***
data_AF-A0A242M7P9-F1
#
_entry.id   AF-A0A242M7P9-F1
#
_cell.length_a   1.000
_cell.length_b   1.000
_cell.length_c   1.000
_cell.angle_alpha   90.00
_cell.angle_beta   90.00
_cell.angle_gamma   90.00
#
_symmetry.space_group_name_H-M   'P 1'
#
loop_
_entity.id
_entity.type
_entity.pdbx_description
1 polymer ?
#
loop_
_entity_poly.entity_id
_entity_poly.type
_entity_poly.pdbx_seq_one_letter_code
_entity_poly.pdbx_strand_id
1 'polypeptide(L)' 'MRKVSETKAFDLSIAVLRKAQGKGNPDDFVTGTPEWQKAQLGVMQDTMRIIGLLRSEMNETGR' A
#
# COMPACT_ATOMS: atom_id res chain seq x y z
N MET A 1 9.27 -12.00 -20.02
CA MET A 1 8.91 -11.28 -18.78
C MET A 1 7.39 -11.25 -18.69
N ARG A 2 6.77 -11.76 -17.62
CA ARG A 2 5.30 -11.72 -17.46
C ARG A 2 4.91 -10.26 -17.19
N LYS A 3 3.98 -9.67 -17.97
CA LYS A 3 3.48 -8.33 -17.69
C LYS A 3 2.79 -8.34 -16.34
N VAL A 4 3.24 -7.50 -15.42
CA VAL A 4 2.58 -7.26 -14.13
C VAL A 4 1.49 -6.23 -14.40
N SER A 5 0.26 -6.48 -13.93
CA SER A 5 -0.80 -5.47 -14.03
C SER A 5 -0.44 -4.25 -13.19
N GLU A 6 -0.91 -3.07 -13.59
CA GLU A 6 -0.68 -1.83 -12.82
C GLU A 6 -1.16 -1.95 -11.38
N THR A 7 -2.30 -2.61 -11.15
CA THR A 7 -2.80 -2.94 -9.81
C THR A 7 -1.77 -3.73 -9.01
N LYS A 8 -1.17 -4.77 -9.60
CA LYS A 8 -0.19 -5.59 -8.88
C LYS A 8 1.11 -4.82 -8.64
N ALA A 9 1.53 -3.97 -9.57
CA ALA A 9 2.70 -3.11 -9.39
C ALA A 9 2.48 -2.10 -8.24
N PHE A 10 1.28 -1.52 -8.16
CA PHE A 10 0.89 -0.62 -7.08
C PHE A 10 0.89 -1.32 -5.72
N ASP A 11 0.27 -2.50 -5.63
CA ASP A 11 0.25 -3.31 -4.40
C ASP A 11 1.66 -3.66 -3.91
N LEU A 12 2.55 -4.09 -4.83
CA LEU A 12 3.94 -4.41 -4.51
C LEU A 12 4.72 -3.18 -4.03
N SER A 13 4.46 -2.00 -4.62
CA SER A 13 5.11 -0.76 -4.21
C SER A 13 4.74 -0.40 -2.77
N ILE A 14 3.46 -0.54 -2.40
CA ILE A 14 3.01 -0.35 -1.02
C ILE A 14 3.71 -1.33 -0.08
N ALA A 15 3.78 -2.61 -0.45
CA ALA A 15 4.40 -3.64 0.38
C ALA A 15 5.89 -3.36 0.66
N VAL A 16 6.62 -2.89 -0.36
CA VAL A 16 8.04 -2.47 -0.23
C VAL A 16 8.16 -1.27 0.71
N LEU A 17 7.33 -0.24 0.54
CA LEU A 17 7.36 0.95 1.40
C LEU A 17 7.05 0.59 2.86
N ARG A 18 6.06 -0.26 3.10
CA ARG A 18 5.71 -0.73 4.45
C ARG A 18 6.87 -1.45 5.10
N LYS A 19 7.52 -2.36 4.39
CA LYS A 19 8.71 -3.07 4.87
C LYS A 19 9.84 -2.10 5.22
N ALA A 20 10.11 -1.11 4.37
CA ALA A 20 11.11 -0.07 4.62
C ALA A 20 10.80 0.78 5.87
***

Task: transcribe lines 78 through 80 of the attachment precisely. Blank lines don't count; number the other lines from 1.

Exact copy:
C LEU A 17 7.05 0.59 2.86
N ARG A 18 6.06 -0.26 3.10
CA ARG A 18 5.71 -0.73 4.45